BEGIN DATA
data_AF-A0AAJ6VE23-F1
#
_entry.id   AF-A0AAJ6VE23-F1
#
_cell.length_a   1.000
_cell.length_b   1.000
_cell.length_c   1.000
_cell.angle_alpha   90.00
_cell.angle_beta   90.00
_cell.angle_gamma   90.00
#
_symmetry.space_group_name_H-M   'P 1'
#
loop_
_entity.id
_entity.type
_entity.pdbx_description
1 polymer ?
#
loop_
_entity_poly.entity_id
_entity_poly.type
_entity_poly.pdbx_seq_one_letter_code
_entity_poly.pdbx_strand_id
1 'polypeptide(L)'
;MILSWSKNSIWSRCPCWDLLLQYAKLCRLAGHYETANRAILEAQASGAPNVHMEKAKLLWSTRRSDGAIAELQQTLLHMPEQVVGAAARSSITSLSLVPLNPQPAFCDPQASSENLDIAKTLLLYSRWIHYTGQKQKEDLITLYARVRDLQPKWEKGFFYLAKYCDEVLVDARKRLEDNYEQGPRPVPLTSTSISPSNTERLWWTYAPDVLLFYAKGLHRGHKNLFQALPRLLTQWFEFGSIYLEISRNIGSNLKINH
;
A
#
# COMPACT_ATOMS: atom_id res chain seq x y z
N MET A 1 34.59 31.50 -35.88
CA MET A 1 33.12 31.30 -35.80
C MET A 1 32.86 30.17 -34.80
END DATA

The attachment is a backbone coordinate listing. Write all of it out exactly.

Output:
data_AF-A0AAJ6VE23-F1
#
_entry.id   AF-A0AAJ6VE23-F1
#
_cell.length_a   1.000
_cell.length_b   1.000
_cell.length_c   1.000
_cell.angle_alpha   90.00
_cell.angle_beta   90.00
_cell.angle_gamma   90.00
#
_symmetry.space_group_name_H-M   'P 1'
#
loop_
_entity.id
_entity.type
_entity.pdbx_description
1 polymer ?
#
loop_
_entity_poly.entity_id
_entity_poly.type
_entity_poly.pdbx_seq_one_letter_code
_entity_poly.pdbx_strand_id
1 'polypeptide(L)'
;MILSWSKNSIWSRCPCWDLLLQYAKLCRLAGHYETANRAILEAQASGAPNVHMEKAKLLWSTRRSDGAIAELQQTLLHMPEQVVGAAARSSITSLSLVPLNPQPAFCDPQASSENLDIAKTLLLYSRWIHYTGQKQKEDLITLYARVRDLQPKWEKGFFYLAKYCDEVLVDARKRLEDNYEQGPRPVPLTSTSISPSNTERLWWTYAPDVLLFYAKGLHRGHKNLFQALPRLLTQWFEFGSIYLEISRNIGSNLKINH
;
A
#
# COMPACT_ATOMS: atom_id res chain seq x y z
N MET A 1 34.59 31.50 -35.88
CA MET A 1 33.12 31.30 -35.80
C MET A 1 32.86 30.17 -34.80